Charge-Discharge Performance of Rechargeable Organic-Magnesium Batteries Using Glyme-Based Electrolytes
A new class of electrolytes based on Mg(TFSA)2 dissolved in glyme-based solvents was reported very recently3-5. The reversible deposition and dissolution of magnesium metal was achieved in these electrolytes at ambient temperature. In the present study, we report the charge-discharge performance of DMBQ-Mg batteries using the glyme-based electrolytes.
Mg(TFSA)2 and four glymes (monoglyme, diglyme, triglyme, and tetraglyme) were purchased from Kishida Chemical and were used without further purification. The electrolytes were prepared by dissolving Mg(TFSA)2 in each glyme. A DMBQ positive electrode sheet was prepared by mixing DMBQ powder (Tokyo Chamical Industry), acetylene black as a conductive additive, and poly(tetrafluoroethylene) as a binder in a weight ratio of 4:5:1 and pressed onto an Al mesh current collector. Mg ribbon was used as a negative electrode. To evaluate the Mg|Mg(TFSA)2/glyme|DMBQ system as a rechargeable battery, we tested the charge-discharge cycle performance in a two-electrode configuration using a coin-type cell (IEC R2032) at 30˚C.
The properties of a two-electrode cell consisting of Mg|Mg(TFSA)2/glyme|DMBQ were examined as a rechargeable Mg battery. Figure 1 shows the discharge and charge curves of the cells at 30˚C. In all four cases the first discharge curve shows two potential plateaus, which was often observed for quinone-based positive electrodes in Li, Na and Mg systems1. The discharge capacity reaches ca. 200 mAh g(DMBQ)‑1 in Mg(TFSA)2/monoglyme and diglyme electrolytes. The subsequent charge curve shows a plateau at above 3.0 V and the voltage slightly increases with increasing the molecular weight of glyme. This seems to be correlated to the decrease of the specific conductivity of the electrolytes. In the case of Mg(TFSA)2/monoglyme the discharge voltage increases drastically after a few cycle. One of the reasons for this is that the overpotential of the Mg negative electrode for the dissolution decreases. By cyclic voltammetry, the large anodic current of the metallic Mg electrode in Mg(TFSA)2/monoglyme electrolyte was observed at room temperature in the three-electrode cell. Although the capacity substantially decreases upon cycling, the cell using Mg(TFSA)2/monoglyme retains the voltage at the discharge even after 20 cycles.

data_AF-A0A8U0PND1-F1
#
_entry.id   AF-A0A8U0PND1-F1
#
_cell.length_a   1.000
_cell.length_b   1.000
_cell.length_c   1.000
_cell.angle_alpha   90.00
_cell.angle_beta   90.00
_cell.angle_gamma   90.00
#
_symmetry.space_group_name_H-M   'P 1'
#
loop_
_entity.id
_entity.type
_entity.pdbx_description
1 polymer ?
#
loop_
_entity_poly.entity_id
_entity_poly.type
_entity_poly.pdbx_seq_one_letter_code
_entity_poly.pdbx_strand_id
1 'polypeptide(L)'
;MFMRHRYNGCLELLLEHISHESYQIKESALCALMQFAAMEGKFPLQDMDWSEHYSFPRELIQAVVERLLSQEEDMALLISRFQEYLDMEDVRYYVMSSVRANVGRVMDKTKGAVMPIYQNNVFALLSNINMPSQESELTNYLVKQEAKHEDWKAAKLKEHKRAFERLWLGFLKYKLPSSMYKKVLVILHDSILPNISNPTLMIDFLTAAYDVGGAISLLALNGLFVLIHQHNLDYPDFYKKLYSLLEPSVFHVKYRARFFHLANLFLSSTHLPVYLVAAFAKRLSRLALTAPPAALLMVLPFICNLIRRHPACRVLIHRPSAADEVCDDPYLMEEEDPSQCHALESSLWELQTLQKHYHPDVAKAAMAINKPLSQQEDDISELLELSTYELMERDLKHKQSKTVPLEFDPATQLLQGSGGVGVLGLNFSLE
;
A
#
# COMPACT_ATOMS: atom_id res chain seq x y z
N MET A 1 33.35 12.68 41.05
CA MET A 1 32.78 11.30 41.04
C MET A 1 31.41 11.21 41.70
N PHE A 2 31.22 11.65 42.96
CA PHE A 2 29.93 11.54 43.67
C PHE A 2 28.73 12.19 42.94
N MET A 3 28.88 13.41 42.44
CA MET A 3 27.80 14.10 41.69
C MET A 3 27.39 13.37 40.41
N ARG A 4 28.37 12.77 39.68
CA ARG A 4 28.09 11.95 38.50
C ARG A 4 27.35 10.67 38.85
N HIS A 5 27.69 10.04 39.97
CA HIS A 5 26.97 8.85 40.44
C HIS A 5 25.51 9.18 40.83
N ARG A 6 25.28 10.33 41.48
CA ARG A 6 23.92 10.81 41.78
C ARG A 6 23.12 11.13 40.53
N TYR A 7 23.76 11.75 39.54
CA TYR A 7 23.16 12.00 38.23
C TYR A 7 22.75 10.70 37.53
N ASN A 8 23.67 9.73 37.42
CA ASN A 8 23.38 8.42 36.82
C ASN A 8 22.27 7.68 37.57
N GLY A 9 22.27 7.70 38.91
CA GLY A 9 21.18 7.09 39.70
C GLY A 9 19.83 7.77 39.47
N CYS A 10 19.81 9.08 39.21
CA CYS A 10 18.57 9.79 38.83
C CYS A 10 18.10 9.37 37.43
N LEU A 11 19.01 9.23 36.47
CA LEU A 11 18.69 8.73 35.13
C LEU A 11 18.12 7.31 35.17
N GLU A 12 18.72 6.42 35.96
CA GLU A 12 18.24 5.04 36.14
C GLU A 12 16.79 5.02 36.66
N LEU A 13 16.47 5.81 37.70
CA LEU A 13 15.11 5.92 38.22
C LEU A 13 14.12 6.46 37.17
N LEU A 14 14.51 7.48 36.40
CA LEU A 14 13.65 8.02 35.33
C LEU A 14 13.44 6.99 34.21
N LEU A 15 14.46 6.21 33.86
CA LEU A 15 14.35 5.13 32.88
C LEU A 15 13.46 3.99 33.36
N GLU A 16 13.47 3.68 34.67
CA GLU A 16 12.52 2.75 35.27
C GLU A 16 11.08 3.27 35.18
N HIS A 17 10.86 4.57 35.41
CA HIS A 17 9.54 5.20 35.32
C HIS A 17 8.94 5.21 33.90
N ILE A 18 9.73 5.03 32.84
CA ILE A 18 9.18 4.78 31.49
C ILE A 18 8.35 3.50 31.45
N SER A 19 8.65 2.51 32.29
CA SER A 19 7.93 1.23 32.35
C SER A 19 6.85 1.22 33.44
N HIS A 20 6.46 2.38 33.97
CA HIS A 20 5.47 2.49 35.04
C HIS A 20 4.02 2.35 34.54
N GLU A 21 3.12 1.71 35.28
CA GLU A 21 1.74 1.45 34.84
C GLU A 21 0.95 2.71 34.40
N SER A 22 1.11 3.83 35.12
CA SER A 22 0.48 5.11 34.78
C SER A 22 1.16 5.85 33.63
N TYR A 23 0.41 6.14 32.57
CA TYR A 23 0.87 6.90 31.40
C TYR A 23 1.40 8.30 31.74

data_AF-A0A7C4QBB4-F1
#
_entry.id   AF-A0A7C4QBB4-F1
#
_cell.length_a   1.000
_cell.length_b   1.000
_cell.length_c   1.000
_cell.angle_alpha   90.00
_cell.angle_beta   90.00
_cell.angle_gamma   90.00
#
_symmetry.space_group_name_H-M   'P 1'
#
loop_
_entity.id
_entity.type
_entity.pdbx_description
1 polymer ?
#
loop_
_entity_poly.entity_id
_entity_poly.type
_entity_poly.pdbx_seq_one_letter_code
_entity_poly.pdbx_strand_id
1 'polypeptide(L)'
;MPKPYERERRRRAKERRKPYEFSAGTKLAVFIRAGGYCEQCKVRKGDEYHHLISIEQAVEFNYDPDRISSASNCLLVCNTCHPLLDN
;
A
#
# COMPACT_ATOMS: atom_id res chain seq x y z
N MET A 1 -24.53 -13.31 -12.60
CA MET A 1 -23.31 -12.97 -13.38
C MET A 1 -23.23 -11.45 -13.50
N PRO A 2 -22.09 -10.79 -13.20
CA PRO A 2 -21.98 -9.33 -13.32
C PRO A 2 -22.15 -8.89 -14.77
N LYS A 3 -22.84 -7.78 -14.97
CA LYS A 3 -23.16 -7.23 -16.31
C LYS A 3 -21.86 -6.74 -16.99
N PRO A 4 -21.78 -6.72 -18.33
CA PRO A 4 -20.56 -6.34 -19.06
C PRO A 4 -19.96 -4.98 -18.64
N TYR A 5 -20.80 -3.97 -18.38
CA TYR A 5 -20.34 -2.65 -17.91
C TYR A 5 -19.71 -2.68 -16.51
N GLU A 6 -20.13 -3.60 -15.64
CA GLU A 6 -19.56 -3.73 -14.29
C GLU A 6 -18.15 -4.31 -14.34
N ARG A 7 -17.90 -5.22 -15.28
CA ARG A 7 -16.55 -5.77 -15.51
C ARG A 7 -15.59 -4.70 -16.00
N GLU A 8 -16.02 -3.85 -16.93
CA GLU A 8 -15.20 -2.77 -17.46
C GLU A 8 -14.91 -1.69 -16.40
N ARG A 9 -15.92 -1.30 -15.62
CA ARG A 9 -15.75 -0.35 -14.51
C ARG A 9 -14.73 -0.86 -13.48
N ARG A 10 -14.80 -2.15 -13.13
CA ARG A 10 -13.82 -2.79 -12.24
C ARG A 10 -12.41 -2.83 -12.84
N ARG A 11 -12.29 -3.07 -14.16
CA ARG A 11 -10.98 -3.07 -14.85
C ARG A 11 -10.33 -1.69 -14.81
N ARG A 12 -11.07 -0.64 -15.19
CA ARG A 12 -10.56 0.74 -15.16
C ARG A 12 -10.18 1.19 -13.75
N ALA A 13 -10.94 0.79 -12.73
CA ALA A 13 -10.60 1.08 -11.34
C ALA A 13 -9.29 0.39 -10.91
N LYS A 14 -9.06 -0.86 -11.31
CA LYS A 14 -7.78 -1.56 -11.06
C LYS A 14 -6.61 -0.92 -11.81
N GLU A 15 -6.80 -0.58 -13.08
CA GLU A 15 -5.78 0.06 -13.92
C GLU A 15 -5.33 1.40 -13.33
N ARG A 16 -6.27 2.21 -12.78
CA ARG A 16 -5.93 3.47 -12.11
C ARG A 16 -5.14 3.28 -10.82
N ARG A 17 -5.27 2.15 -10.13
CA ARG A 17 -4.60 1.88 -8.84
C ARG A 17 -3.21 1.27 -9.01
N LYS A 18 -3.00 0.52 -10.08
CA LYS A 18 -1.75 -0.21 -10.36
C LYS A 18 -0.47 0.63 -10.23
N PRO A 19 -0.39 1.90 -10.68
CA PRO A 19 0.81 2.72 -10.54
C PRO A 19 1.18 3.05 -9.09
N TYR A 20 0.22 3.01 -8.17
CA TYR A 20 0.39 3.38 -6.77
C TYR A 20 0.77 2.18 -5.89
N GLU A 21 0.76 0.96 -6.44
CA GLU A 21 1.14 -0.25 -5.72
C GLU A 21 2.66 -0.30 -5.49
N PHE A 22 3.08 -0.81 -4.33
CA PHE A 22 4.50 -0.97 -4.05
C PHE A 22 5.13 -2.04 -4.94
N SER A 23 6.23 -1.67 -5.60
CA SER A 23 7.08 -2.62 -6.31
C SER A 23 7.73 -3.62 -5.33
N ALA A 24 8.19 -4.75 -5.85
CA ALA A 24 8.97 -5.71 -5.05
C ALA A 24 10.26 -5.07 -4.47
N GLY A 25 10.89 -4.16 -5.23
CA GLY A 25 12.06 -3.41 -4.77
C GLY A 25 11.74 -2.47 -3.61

1. H. Sano et al., Chem. Lett., 41, 1594 (2012).
2. H. Senoh et al., J. Electrochem. Soc., 161, A1 (2014).
3. S.-Y. Ha et al., ACS Appl. Mater. Interf. 6, 4063 (2014).
4. Y. Orikasa et al., Sci. Rep., 4, 5622 (2014).